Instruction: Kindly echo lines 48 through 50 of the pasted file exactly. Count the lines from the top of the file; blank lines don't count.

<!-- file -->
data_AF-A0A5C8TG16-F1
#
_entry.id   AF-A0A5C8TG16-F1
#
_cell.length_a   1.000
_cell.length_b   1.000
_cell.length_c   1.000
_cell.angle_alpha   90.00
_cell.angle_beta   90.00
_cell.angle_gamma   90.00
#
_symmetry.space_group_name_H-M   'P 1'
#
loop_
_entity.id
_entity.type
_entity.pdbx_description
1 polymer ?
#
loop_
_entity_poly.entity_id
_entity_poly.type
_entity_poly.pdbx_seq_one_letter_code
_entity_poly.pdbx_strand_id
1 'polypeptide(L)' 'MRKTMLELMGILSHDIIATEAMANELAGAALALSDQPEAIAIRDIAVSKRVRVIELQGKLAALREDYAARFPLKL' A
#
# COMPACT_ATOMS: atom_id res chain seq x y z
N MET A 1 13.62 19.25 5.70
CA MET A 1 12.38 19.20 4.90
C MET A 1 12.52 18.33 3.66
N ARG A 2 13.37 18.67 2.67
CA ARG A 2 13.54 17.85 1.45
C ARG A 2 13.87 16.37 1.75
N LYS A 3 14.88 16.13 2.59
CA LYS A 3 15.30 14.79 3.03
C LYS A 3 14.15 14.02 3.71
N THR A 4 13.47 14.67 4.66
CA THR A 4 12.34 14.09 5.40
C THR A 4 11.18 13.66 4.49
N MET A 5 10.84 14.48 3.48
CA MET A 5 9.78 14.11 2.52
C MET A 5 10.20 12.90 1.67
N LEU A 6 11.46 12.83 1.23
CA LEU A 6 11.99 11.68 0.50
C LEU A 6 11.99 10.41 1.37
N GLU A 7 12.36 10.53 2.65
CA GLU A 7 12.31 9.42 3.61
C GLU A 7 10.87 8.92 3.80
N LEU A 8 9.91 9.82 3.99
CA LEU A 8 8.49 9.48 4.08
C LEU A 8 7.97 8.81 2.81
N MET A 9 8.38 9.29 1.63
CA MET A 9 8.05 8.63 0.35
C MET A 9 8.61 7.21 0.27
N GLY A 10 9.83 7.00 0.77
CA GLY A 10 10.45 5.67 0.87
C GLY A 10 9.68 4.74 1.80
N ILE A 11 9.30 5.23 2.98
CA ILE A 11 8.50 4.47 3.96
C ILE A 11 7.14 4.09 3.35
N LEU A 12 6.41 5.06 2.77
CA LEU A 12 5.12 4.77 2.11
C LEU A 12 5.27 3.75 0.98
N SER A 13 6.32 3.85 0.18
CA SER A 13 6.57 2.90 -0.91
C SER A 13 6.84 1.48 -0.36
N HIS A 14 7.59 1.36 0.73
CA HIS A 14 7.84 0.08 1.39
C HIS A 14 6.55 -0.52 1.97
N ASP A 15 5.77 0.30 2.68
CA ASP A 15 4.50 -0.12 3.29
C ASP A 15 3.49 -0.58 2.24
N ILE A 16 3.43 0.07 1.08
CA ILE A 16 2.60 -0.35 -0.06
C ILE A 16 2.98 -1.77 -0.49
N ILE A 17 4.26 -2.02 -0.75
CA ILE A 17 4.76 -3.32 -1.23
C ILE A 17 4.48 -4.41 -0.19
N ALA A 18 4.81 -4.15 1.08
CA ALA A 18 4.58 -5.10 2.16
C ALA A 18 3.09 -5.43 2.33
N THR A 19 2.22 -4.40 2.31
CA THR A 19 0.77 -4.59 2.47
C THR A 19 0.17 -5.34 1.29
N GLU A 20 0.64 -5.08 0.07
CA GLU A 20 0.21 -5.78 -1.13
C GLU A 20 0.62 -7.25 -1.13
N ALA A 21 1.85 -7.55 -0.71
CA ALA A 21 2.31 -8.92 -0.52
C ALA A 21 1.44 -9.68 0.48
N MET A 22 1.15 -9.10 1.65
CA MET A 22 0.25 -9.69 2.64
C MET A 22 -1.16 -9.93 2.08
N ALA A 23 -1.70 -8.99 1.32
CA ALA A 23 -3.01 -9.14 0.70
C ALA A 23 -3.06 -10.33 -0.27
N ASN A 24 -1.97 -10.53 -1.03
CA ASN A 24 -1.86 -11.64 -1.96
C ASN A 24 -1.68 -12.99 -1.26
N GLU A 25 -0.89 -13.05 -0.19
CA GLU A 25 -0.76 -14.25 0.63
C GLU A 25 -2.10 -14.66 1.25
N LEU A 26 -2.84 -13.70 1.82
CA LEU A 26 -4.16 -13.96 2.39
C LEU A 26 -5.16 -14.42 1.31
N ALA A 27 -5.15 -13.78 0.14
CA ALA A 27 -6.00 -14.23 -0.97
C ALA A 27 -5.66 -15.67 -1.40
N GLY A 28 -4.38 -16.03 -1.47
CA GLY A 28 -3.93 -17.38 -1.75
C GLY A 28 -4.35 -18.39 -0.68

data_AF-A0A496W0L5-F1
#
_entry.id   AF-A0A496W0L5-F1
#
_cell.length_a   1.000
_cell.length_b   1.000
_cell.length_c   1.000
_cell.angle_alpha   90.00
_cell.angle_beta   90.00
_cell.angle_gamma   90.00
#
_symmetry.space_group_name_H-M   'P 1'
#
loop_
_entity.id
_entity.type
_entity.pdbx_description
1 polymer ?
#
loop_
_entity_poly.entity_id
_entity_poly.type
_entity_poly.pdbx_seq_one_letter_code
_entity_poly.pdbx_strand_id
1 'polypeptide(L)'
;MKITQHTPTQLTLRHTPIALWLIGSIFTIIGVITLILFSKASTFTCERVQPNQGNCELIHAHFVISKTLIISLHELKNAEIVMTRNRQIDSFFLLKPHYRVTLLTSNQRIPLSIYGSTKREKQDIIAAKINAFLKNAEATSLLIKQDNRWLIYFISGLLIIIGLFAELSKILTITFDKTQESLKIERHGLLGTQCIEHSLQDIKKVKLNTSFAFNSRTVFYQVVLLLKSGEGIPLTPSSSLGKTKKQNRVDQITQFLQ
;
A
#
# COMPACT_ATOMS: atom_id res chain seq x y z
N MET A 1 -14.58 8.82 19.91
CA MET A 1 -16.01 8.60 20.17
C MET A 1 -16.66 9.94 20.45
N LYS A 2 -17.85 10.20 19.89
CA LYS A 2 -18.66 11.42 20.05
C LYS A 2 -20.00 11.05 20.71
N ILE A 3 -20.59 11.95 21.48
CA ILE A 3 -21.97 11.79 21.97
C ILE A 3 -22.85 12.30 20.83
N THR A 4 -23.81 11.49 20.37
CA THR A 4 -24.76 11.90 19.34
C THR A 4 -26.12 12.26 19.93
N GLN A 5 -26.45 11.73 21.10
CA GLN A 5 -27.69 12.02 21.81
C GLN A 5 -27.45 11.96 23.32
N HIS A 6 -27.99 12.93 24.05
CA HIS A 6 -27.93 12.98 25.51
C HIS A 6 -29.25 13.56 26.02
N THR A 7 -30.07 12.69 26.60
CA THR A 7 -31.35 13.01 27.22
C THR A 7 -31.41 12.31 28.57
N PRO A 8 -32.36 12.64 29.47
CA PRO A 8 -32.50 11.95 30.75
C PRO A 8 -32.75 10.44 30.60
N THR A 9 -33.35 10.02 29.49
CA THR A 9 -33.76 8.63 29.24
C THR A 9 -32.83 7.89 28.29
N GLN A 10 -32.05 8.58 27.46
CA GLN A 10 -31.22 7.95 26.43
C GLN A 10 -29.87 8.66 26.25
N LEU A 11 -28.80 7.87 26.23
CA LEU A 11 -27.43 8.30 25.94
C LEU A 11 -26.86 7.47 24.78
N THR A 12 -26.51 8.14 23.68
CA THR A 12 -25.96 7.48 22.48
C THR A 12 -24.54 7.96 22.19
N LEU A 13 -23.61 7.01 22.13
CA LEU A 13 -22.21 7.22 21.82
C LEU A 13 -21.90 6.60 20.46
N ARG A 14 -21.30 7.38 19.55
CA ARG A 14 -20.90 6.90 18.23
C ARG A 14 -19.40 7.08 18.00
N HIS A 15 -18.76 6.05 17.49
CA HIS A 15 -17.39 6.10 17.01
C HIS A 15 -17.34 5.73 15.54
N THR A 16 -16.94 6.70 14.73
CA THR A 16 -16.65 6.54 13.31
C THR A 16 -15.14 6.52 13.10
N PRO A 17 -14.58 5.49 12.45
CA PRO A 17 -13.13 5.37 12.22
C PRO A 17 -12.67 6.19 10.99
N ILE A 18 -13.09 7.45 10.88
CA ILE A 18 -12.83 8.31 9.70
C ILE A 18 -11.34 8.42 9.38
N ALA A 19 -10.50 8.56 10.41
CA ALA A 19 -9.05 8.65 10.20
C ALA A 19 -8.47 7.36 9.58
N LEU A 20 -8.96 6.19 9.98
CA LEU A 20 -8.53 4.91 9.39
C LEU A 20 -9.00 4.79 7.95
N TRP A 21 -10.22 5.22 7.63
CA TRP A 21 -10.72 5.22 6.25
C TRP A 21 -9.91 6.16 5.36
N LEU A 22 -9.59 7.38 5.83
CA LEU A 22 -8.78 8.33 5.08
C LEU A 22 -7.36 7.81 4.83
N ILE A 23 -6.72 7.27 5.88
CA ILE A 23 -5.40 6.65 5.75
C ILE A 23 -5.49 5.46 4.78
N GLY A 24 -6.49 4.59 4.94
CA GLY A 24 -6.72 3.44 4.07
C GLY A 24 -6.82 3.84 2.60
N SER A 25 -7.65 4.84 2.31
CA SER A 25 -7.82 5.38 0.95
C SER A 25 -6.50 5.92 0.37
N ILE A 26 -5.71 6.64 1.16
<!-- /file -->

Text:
C GLU A 7 10.87 8.92 3.80
N LEU A 8 9.91 9.82 3.99
CA LEU A 8 8.49 9.48 4.08